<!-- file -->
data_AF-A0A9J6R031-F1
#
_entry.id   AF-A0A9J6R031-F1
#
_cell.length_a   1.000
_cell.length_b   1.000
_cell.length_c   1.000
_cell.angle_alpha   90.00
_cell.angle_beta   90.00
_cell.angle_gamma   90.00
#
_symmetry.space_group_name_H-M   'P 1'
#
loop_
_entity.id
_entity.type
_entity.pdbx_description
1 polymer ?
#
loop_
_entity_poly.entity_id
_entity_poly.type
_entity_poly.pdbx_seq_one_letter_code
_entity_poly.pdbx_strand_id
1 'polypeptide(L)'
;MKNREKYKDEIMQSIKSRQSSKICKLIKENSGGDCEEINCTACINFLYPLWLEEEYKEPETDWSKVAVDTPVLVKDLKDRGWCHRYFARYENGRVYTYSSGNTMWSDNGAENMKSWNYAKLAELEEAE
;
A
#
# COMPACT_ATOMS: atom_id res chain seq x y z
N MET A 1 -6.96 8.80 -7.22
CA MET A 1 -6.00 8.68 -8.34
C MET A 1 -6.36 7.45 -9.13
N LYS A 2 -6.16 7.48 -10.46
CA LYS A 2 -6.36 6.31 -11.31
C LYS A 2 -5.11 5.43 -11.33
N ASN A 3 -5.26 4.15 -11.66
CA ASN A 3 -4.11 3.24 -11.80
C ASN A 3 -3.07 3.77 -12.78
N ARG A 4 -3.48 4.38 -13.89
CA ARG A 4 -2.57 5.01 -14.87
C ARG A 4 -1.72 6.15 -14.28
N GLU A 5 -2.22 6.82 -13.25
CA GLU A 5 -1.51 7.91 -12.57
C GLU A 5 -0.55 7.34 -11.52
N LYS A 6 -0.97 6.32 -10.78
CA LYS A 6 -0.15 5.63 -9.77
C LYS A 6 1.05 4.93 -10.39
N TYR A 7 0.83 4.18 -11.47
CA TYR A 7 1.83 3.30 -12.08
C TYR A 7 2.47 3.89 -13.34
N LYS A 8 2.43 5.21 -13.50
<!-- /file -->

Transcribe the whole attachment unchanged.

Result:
data_AF-A0A9J6R031-F1
#
_entry.id   AF-A0A9J6R031-F1
#
_cell.length_a   1.000
_cell.length_b   1.000
_cell.length_c   1.000
_cell.angle_alpha   90.00
_cell.angle_beta   90.00
_cell.angle_gamma   90.00
#
_symmetry.space_group_name_H-M   'P 1'
#
loop_
_entity.id
_entity.type
_entity.pdbx_description
1 polymer ?
#
loop_
_entity_poly.entity_id
_entity_poly.type
_entity_poly.pdbx_seq_one_letter_code
_entity_poly.pdbx_strand_id
1 'polypeptide(L)'
;MKNREKYKDEIMQSIKSRQSSKICKLIKENSGGDCEEINCTACINFLYPLWLEEEYKEPETDWSKVAVDTPVLVKDLKDRGWCHRYFARYENGRVYTYSSGNTMWSDNGAENMKSWNYAKLAELEEAE
;
A
#
# COMPACT_ATOMS: atom_id res chain seq x y z
N MET A 1 -6.96 8.80 -7.22
CA MET A 1 -6.00 8.68 -8.34
C MET A 1 -6.36 7.45 -9.13
N LYS A 2 -6.16 7.48 -10.46
CA LYS A 2 -6.36 6.31 -11.31
C LYS A 2 -5.11 5.43 -11.33
N ASN A 3 -5.26 4.15 -11.66
CA ASN A 3 -4.11 3.24 -11.80
C ASN A 3 -3.07 3.77 -12.78
N ARG A 4 -3.48 4.38 -13.89
CA ARG A 4 -2.57 5.01 -14.87
C ARG A 4 -1.72 6.15 -14.28
N GLU A 5 -2.22 6.82 -13.25
CA GLU A 5 -1.51 7.91 -12.57
C GLU A 5 -0.55 7.34 -11.52
N LYS A 6 -0.97 6.32 -10.78
CA LYS A 6 -0.15 5.63 -9.77
C LYS A 6 1.05 4.93 -10.39
N TYR A 7 0.83 4.18 -11.47
CA TYR A 7 1.83 3.30 -12.08
C TYR A 7 2.47 3.89 -13.34
N LYS A 8 2.43 5.21 -13.50